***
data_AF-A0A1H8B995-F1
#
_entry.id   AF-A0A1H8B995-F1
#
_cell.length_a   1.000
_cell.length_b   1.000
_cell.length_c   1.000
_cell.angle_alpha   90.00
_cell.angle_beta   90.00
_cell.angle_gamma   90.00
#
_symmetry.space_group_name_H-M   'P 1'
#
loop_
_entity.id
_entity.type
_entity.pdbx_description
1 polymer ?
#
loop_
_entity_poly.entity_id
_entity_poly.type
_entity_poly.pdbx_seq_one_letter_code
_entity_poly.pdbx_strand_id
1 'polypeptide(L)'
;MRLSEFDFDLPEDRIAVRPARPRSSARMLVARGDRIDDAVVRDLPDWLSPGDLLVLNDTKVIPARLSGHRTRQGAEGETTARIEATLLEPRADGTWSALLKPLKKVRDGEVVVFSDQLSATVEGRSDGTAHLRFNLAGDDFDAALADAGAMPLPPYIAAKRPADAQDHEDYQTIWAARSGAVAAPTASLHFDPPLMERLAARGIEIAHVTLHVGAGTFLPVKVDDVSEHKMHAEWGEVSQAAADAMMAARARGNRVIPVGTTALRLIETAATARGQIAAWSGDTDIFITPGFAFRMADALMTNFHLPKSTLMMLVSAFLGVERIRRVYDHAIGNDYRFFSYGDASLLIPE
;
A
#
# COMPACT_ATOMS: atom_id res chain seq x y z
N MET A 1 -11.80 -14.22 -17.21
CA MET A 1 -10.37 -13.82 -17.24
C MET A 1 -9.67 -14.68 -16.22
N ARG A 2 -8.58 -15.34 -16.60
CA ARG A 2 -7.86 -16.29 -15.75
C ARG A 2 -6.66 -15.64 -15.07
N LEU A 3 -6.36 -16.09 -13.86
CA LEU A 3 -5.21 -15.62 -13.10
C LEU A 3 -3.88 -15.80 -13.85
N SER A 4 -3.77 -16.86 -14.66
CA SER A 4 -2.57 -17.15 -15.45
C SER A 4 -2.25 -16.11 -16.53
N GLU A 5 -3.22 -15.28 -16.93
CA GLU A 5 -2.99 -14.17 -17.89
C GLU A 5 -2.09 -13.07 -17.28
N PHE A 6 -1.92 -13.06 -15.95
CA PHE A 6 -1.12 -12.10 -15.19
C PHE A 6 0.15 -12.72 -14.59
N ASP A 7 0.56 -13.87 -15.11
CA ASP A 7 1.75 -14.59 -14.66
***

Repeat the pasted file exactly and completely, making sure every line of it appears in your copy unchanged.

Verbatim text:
data_AF-A0A1H8B995-F1
#
_entry.id   AF-A0A1H8B995-F1
#
_cell.length_a   1.000
_cell.length_b   1.000
_cell.length_c   1.000
_cell.angle_alpha   90.00
_cell.angle_beta   90.00
_cell.angle_gamma   90.00
#
_symmetry.space_group_name_H-M   'P 1'
#
loop_
_entity.id
_entity.type
_entity.pdbx_description
1 polymer ?
#
loop_
_entity_poly.entity_id
_entity_poly.type
_entity_poly.pdbx_seq_one_letter_code
_entity_poly.pdbx_strand_id
1 'polypeptide(L)'
;MRLSEFDFDLPEDRIAVRPARPRSSARMLVARGDRIDDAVVRDLPDWLSPGDLLVLNDTKVIPARLSGHRTRQGAEGETTARIEATLLEPRADGTWSALLKPLKKVRDGEVVVFSDQLSATVEGRSDGTAHLRFNLAGDDFDAALADAGAMPLPPYIAAKRPADAQDHEDYQTIWAARSGAVAAPTASLHFDPPLMERLAARGIEIAHVTLHVGAGTFLPVKVDDVSEHKMHAEWGEVSQAAADAMMAARARGNRVIPVGTTALRLIETAATARGQIAAWSGDTDIFITPGFAFRMADALMTNFHLPKSTLMMLVSAFLGVERIRRVYDHAIGNDYRFFSYGDASLLIPE
;
A
#
# COMPACT_ATOMS: atom_id res chain seq x y z
N MET A 1 -11.80 -14.22 -17.21
CA MET A 1 -10.37 -13.82 -17.24
C MET A 1 -9.67 -14.68 -16.22
N ARG A 2 -8.58 -15.34 -16.60
CA ARG A 2 -7.86 -16.29 -15.75
C ARG A 2 -6.66 -15.64 -15.07
N LEU A 3 -6.36 -16.09 -13.86
CA LEU A 3 -5.21 -15.62 -13.10
C LEU A 3 -3.88 -15.80 -13.85
N SER A 4 -3.77 -16.86 -14.66
CA SER A 4 -2.57 -17.15 -15.45
C SER A 4 -2.25 -16.11 -16.53
N GLU A 5 -3.22 -15.28 -16.93
CA GLU A 5 -2.99 -14.17 -17.89
C GLU A 5 -2.09 -13.07 -17.28
N PHE A 6 -1.92 -13.06 -15.95
CA PHE A 6 -1.12 -12.10 -15.19
C PHE A 6 0.15 -12.72 -14.59
N ASP A 7 0.56 -13.87 -15.11
CA ASP A 7 1.75 -14.59 -14.66